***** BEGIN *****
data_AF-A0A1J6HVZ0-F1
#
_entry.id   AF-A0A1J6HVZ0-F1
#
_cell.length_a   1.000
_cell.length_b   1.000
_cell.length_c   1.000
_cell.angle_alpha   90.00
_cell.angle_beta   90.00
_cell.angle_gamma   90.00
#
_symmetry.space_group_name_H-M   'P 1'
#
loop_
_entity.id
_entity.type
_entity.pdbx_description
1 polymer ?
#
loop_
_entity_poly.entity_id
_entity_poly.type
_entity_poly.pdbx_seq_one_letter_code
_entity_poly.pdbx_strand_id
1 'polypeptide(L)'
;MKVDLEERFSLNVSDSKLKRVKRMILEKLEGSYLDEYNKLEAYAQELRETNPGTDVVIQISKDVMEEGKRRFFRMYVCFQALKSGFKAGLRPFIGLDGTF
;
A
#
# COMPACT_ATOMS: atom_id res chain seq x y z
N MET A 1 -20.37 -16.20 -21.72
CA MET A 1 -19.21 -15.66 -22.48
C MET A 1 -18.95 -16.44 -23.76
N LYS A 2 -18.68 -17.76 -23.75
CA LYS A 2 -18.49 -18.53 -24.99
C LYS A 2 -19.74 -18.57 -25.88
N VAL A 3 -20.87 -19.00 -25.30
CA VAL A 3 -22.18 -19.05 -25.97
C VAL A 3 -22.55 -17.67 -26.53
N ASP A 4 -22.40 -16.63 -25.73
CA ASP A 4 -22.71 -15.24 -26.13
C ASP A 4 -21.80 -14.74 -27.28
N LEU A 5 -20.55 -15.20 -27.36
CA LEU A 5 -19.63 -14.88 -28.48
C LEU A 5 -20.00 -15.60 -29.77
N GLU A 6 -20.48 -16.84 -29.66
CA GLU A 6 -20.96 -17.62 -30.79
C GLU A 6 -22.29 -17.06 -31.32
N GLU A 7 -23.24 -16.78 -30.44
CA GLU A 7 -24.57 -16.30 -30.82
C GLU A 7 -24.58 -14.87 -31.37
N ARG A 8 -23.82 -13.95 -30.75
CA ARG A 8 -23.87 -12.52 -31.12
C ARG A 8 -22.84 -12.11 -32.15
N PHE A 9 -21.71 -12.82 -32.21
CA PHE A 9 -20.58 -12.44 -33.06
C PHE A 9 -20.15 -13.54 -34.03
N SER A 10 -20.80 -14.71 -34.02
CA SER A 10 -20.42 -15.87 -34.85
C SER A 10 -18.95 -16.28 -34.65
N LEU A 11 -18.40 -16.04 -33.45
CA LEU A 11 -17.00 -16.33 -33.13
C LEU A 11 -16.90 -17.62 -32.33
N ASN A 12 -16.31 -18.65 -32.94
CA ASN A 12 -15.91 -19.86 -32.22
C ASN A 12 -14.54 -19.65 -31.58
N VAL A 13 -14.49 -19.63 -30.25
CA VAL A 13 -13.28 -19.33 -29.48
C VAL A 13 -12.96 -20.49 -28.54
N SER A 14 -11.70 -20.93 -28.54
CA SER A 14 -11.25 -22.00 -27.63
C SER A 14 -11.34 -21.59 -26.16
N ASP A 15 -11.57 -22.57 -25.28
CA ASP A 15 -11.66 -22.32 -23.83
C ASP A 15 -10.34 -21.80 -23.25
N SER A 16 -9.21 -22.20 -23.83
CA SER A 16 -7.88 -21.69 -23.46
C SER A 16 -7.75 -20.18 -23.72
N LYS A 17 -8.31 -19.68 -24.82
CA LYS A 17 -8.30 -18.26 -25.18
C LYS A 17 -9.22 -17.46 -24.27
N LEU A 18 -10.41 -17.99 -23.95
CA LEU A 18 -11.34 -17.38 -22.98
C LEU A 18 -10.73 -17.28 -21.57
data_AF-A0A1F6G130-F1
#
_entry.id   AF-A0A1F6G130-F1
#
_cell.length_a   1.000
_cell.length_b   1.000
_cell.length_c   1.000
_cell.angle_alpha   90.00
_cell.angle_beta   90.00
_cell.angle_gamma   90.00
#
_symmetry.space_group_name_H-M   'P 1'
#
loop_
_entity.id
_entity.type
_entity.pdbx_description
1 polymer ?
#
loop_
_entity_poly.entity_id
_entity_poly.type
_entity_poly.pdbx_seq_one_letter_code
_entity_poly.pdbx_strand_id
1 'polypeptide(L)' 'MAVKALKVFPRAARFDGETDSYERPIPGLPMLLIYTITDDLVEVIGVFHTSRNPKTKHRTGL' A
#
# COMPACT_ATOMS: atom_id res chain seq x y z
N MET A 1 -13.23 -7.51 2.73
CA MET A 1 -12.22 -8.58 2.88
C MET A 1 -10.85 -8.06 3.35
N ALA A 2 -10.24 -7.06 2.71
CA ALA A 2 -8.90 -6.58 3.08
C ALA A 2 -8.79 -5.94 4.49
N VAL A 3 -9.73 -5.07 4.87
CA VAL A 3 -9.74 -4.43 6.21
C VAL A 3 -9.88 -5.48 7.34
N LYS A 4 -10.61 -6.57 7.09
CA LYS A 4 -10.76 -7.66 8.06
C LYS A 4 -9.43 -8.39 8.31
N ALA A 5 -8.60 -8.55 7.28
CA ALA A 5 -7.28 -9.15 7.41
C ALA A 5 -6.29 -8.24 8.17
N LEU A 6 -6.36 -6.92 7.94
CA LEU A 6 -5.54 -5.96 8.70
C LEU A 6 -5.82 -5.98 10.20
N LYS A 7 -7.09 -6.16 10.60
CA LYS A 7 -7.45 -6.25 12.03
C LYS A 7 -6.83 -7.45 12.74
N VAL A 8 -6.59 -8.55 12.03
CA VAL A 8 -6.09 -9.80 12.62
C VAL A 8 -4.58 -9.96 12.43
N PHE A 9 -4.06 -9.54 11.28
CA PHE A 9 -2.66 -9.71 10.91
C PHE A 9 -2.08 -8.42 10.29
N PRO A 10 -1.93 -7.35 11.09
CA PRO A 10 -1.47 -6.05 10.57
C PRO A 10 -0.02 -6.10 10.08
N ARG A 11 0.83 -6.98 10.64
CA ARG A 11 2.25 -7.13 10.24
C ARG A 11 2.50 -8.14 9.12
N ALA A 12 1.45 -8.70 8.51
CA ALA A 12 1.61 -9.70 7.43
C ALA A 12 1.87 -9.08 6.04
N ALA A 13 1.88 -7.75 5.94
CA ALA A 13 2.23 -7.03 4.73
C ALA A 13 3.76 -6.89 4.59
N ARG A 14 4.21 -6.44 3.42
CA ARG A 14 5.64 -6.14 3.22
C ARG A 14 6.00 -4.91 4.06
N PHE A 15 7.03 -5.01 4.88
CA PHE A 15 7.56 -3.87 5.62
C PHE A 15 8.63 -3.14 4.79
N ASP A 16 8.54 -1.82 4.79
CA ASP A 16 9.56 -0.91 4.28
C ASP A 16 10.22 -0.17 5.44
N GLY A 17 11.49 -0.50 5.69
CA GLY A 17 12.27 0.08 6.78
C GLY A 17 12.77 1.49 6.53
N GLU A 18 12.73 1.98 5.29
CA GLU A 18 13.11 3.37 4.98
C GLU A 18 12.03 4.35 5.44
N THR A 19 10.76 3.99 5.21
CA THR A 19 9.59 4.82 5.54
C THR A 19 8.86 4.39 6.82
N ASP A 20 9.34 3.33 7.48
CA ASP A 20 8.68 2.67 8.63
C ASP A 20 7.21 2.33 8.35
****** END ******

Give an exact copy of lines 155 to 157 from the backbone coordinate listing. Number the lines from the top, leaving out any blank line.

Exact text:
CA PHE A 15 7.56 -3.87 5.62
C PHE A 15 8.63 -3.14 4.79
N ASP A 16 8.54 -1.82 4.79